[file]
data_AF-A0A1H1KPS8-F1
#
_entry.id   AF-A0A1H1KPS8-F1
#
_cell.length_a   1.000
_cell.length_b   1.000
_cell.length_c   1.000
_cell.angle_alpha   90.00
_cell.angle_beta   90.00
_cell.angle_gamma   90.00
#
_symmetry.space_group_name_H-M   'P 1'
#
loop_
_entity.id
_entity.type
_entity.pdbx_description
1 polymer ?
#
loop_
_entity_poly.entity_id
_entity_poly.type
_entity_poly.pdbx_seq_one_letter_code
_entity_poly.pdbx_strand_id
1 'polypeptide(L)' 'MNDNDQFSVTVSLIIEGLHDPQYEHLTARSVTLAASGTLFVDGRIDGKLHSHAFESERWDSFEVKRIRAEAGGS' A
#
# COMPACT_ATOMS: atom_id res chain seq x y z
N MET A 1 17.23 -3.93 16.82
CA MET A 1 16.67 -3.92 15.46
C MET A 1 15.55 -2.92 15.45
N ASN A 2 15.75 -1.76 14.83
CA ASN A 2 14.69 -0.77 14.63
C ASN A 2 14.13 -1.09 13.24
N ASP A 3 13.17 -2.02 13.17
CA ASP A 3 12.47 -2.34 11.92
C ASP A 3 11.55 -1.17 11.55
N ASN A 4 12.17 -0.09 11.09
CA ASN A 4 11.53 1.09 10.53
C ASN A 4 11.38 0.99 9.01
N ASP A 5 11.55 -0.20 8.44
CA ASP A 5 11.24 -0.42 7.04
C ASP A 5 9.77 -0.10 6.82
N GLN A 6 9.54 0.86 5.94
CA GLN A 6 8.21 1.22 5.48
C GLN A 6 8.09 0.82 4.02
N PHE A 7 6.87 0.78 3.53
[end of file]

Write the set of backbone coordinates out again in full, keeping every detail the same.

data_AF-A0A1H1KPS8-F1
#
_entry.id   AF-A0A1H1KPS8-F1
#
_cell.length_a   1.000
_cell.length_b   1.000
_cell.length_c   1.000
_cell.angle_alpha   90.00
_cell.angle_beta   90.00
_cell.angle_gamma   90.00
#
_symmetry.space_group_name_H-M   'P 1'
#
loop_
_entity.id
_entity.type
_entity.pdbx_description
1 polymer ?
#
loop_
_entity_poly.entity_id
_entity_poly.type
_entity_poly.pdbx_seq_one_letter_code
_entity_poly.pdbx_strand_id
1 'polypeptide(L)' 'MNDNDQFSVTVSLIIEGLHDPQYEHLTARSVTLAASGTLFVDGRIDGKLHSHAFESERWDSFEVKRIRAEAGGS' A
#
# COMPACT_ATOMS: atom_id res chain seq x y z
N MET A 1 17.23 -3.93 16.82
CA MET A 1 16.67 -3.92 15.46
C MET A 1 15.55 -2.92 15.45
N ASN A 2 15.75 -1.76 14.83
CA ASN A 2 14.69 -0.77 14.63
C ASN A 2 14.13 -1.09 13.24
N ASP A 3 13.17 -2.02 13.17
CA ASP A 3 12.47 -2.34 11.92
C ASP A 3 11.55 -1.17 11.55
N ASN A 4 12.17 -0.09 11.09
CA ASN A 4 11.53 1.09 10.53
C ASN A 4 11.38 0.99 9.01
N ASP A 5 11.55 -0.20 8.44
CA ASP A 5 11.24 -0.42 7.04
C ASP A 5 9.77 -0.10 6.82
N GLN A 6 9.54 0.86 5.94
CA GLN A 6 8.21 1.22 5.48
C GLN A 6 8.09 0.82 4.02
N PHE A 7 6.87 0.78 3.53